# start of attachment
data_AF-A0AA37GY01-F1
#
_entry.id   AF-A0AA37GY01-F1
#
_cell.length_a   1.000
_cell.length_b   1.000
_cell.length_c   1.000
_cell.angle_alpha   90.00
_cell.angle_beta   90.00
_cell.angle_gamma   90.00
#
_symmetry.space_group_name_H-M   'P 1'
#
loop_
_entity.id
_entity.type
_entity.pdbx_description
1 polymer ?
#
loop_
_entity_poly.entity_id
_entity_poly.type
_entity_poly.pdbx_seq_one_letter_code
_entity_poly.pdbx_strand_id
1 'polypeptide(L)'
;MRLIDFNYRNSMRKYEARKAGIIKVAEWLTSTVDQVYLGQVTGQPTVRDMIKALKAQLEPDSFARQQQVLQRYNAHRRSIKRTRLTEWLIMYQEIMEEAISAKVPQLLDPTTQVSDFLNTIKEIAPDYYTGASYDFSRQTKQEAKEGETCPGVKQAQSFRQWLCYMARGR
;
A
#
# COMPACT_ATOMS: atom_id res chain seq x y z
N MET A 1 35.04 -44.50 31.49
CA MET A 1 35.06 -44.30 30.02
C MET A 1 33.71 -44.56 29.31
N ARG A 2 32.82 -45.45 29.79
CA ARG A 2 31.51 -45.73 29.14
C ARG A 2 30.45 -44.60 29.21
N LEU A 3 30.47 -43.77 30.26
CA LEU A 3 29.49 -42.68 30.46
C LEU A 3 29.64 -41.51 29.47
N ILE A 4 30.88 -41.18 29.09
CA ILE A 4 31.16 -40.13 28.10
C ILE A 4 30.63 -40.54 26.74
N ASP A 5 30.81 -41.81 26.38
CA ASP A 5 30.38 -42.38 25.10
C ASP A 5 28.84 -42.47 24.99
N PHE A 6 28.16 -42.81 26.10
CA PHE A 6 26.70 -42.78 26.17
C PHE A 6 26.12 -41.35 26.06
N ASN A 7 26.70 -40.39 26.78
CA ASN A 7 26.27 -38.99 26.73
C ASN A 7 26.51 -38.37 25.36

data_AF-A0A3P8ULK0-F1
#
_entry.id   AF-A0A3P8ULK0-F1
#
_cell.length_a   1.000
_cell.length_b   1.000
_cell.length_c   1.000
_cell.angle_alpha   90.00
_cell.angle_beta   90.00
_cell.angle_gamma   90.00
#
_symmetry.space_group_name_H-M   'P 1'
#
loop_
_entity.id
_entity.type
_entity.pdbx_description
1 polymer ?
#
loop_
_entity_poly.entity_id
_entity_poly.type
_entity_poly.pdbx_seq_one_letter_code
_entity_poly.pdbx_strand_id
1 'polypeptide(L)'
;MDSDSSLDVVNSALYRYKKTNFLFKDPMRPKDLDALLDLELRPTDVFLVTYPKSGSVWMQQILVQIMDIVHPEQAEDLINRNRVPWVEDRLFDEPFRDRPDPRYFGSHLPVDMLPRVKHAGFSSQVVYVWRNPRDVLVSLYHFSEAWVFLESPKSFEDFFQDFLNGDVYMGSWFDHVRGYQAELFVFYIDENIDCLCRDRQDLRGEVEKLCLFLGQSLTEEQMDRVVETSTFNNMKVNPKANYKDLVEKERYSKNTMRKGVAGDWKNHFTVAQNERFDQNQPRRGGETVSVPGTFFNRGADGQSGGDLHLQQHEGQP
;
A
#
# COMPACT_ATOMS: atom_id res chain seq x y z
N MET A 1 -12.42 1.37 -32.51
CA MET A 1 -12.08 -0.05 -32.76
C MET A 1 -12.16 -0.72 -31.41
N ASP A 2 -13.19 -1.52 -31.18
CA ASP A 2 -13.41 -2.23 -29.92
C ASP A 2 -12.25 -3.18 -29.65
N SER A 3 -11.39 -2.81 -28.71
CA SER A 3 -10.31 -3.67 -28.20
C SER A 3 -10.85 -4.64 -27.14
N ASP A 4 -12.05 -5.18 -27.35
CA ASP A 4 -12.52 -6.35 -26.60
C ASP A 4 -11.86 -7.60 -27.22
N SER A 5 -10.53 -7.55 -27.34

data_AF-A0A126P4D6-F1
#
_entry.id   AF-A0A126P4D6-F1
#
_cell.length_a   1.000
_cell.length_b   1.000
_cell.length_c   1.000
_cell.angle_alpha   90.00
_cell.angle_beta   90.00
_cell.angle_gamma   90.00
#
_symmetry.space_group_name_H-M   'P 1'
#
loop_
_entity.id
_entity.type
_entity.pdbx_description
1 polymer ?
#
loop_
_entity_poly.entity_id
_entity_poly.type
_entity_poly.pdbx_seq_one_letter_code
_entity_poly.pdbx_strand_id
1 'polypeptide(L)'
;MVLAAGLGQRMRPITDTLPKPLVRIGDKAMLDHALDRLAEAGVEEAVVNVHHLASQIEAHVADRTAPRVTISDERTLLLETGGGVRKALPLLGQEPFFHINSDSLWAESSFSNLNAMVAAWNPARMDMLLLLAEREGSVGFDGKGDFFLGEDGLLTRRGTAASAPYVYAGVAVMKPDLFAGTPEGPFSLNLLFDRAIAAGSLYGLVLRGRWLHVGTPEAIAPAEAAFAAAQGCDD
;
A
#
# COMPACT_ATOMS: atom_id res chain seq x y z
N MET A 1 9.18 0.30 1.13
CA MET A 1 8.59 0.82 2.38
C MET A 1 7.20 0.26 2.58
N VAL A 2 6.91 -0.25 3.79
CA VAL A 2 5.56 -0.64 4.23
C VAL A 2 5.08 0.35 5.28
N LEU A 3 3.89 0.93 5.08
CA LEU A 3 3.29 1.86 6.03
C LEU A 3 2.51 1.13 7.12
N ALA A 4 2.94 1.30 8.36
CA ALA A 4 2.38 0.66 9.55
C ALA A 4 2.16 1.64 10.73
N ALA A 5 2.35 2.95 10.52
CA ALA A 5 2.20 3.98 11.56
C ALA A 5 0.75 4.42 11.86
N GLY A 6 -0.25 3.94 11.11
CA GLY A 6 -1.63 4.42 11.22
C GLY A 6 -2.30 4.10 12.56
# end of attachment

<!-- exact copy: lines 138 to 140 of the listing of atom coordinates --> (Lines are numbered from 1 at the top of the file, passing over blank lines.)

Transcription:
CA ALA A 5 2.20 3.98 11.56
C ALA A 5 0.75 4.42 11.86
N GLY A 6 -0.25 3.94 11.11